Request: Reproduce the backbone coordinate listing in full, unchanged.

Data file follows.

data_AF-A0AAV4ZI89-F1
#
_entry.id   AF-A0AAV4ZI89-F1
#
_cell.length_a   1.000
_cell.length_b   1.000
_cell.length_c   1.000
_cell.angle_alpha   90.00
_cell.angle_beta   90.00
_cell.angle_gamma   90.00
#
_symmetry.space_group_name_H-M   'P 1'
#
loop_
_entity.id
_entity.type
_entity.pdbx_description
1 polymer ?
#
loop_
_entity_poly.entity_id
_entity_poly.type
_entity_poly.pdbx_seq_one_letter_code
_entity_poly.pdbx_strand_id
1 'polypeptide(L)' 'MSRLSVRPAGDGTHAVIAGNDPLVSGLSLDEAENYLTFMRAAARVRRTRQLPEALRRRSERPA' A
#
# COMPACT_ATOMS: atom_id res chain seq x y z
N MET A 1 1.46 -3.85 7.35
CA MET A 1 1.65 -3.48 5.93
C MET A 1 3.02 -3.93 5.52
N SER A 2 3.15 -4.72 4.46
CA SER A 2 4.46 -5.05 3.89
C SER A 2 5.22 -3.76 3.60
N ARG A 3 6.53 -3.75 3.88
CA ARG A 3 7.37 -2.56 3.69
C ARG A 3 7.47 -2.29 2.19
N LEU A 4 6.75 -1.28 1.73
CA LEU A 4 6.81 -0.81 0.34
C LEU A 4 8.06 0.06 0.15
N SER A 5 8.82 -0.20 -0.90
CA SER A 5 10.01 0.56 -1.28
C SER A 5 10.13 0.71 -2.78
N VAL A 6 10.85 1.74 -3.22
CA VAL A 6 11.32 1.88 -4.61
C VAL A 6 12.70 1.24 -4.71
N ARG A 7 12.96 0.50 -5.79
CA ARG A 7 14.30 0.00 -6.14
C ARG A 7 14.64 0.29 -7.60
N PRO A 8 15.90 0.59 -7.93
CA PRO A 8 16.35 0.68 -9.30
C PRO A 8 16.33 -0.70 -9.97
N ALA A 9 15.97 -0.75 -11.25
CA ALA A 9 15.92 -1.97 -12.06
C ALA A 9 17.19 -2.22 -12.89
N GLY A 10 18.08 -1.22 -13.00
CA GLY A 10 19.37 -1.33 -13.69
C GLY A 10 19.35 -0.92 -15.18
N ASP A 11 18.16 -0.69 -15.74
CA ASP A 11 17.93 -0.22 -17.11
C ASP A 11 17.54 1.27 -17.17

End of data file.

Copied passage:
data_AF-A0AAV4ZI89-F1
#
_entry.id   AF-A0AAV4ZI89-F1
#
_cell.length_a   1.000
_cell.length_b   1.000
_cell.length_c   1.000
_cell.angle_alpha   90.00
_cell.angle_beta   90.00
_cell.angle_gamma   90.00
#
_symmetry.space_group_name_H-M   'P 1'
#
loop_
_entity.id
_entity.type
_entity.pdbx_description
1 polymer ?
#
loop_
_entity_poly.entity_id
_entity_poly.type
_entity_poly.pdbx_seq_one_letter_code
_entity_poly.pdbx_strand_id
1 'polypeptide(L)' 'MSRLSVRPAGDGTHAVIAGNDPLVSGLSLDEAENYLTFMRAAARVRRTRQLPEALRRRSERPA' A
#
# COMPACT_ATOMS: atom_id res chain seq x y z
N MET A 1 1.46 -3.85 7.35
CA MET A 1 1.65 -3.48 5.93
C MET A 1 3.02 -3.93 5.52
N SER A 2 3.15 -4.72 4.46
CA SER A 2 4.46 -5.05 3.89
C SER A 2 5.22 -3.76 3.60
N ARG A 3 6.53 -3.75 3.88
CA ARG A 3 7.37 -2.56 3.69
C ARG A 3 7.47 -2.29 2.19
N LEU A 4 6.75 -1.28 1.73
CA LEU A 4 6.81 -0.81 0.34
C LEU A 4 8.06 0.06 0.15
N SER A 5 8.82 -0.20 -0.90
CA SER A 5 10.01 0.56 -1.28
C SER A 5 10.13 0.71 -2.78
N VAL A 6 10.85 1.74 -3.22
CA VAL A 6 11.32 1.88 -4.61
C VAL A 6 12.70 1.24 -4.71
N ARG A 7 12.96 0.50 -5.79
CA ARG A 7 14.30 0.00 -6.14
C ARG A 7 14.64 0.29 -7.60
N PRO A 8 15.90 0.59 -7.93
CA PRO A 8 16.35 0.68 -9.30
C PRO A 8 16.33 -0.70 -9.97
N ALA A 9 15.97 -0.75 -11.25
CA ALA A 9 15.92 -1.97 -12.06
C ALA A 9 17.19 -2.22 -12.89
N GLY A 10 18.08 -1.22 -13.00
CA GLY A 10 19.37 -1.33 -13.69
C GLY A 10 19.35 -0.92 -15.18
N ASP A 11 18.16 -0.69 -15.74
CA ASP A 11 17.93 -0.22 -17.11
C ASP A 11 17.54 1.27 -17.17